Spiralling prices are hurting the UK

Allister Heath
TAKE your pick. Is inflation four per cent a year, as the official, consumer price index measure suggests, or 5.1 per cent, as the older, broader retail price index would have you believe? My own favourite measure of how the cost of living is going up is the tax and price index, which has surged a crippling 5.5 per cent; it adds changes to direct taxes such as income tax and national insurance to the mix.

Wealth is being eroded by stealth: if you were to keep £100 in cash under your pillow, it would be worth just £69.31 in today’s money in five years’ time if prices continue to go up at current rates. After ten years, thanks to the power of compounding, inflation would have slashed the value of your £100 to a pathetic £29.19: sterling’s purchasing power would have been cut by over 70 per cent.

But all of these figures are just for a hypothetical average person. Many readers of this newspaper will be facing even bigger knocks to their take-home pay, especially if they commute or are being hammered by tax hikes.

For some, cuts to real incomes of six, seven or even 10 per cent will not be out of the question, assuming unchanged pre-tax income and patterns of consumption. With compensation creeping up by just 2.1 per cent on average, real, post-inflation and post-tax pay is being slashed by at least 2.4 per cent.

Either pay deals will remain subdued, reflecting the current tough climate – or salaries will surge, triggering an inflationary spiral as firms put up prices in a desperate bid to recoup costs. The only good news is that falling wages will help unemployed workers to start finding work again.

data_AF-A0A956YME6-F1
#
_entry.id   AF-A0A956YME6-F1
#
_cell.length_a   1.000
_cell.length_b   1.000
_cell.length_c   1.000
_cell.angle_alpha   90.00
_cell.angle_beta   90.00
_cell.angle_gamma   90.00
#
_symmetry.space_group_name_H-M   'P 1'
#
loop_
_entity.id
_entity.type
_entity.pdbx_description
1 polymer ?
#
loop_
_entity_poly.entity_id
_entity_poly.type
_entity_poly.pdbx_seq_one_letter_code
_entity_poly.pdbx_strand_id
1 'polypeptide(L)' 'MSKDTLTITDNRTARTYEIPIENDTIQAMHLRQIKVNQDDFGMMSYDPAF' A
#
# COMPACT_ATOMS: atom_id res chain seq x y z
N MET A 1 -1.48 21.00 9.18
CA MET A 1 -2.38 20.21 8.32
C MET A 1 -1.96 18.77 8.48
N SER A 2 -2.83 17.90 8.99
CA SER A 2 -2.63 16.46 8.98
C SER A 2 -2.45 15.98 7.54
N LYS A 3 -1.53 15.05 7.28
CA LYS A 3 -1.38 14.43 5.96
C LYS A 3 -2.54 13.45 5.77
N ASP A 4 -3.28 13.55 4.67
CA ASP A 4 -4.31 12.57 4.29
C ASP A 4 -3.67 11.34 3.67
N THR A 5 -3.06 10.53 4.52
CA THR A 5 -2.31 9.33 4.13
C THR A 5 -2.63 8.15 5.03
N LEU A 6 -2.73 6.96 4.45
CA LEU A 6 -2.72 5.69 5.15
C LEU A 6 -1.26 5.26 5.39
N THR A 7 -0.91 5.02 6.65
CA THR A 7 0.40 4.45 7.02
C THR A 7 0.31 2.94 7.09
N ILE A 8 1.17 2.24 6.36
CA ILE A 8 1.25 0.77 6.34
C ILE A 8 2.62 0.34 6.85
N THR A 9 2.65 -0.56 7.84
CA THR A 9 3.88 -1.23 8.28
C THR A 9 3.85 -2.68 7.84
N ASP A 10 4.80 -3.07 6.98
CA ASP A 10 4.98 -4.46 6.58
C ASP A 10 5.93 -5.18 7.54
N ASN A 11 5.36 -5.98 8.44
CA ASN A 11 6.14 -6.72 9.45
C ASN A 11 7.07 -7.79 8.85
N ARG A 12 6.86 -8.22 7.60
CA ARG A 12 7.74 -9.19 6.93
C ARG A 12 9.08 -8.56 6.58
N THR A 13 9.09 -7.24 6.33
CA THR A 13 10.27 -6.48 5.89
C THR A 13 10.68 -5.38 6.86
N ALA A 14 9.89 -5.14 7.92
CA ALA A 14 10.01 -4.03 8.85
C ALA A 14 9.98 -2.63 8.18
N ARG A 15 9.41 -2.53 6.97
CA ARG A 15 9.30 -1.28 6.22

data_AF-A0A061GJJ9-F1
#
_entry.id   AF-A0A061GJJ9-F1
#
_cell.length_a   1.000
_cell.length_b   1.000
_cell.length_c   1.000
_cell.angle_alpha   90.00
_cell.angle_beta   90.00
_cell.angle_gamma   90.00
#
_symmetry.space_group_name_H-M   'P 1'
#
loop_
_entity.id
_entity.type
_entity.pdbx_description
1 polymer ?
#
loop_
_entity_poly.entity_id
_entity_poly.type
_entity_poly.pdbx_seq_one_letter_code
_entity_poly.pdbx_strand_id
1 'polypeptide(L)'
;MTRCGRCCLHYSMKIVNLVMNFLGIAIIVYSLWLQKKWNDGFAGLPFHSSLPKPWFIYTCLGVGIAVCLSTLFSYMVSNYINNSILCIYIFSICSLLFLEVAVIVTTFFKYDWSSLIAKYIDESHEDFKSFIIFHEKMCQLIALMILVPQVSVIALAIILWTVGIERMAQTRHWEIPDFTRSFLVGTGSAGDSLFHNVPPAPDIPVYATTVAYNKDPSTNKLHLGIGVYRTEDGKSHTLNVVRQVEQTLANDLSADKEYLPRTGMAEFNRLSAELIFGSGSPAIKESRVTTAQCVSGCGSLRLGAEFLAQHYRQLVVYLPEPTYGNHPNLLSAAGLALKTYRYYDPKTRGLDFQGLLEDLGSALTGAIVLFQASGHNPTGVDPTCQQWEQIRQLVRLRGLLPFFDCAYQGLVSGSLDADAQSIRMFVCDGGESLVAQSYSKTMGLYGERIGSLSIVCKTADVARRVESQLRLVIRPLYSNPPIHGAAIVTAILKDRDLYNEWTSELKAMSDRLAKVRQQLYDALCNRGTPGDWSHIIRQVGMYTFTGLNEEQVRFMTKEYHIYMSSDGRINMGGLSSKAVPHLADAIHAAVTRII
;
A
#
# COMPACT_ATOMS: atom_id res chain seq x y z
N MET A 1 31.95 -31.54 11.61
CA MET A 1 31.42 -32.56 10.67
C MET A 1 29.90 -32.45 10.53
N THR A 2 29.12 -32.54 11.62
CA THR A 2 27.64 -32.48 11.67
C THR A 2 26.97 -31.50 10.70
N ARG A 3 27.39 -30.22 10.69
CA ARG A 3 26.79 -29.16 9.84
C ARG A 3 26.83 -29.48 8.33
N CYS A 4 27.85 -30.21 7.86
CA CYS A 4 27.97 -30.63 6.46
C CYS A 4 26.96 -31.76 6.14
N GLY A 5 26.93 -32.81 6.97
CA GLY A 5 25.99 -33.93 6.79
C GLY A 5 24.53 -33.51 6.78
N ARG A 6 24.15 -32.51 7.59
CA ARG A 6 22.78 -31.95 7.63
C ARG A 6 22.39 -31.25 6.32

In his letter to the chancellor, Mervyn King warns that even on the consumer price index inflation could soon hit five per cent; even more depressingly, he argues that it could be “two to three years” before inflation returns to target. It is an astonishing loss of control. His argument that “attempting to bring inflation back to the target quickly risks generating undesirable volatility in output” won’t stop rates from going up – a hike of 0.75 percentage points this year now looks like the most likely outcome.

The Bank’s mandate is to keep consumer price inflation at two per cent, though a deviation of one per cent either side is permitted – regardless of whether the surge in prices is caused by imported commodities, bad luck or (in theory) sunspots. The government may of course be secretly happy that the Bank is failing to meet its target: higher inflation means faster real term cuts to public sector spending and wages, facilitating fiscal consolidation while allowing the Treasury to spend more in cash terms. While painful at first, it could actually reduce the perceived impact of the cuts.

But one of the great lessons of economic history is that when it comes to inflation, trying to con the public, companies and the foreign investors who finance the UK’s massive budget deficit never works for very long. People are not that stupid. The government has two options: it could scrap or suspend its inflation target and humiliatingly admit that the UK – unlike every other developed country except Greece – has given up on price stability. A less disastrous idea would be for David Cameron or George Osborne to go on the record backing a more vigorous anti-inflation policy – and make it clear that they support higher interest rates. The current timidity isn’t helping anyone.
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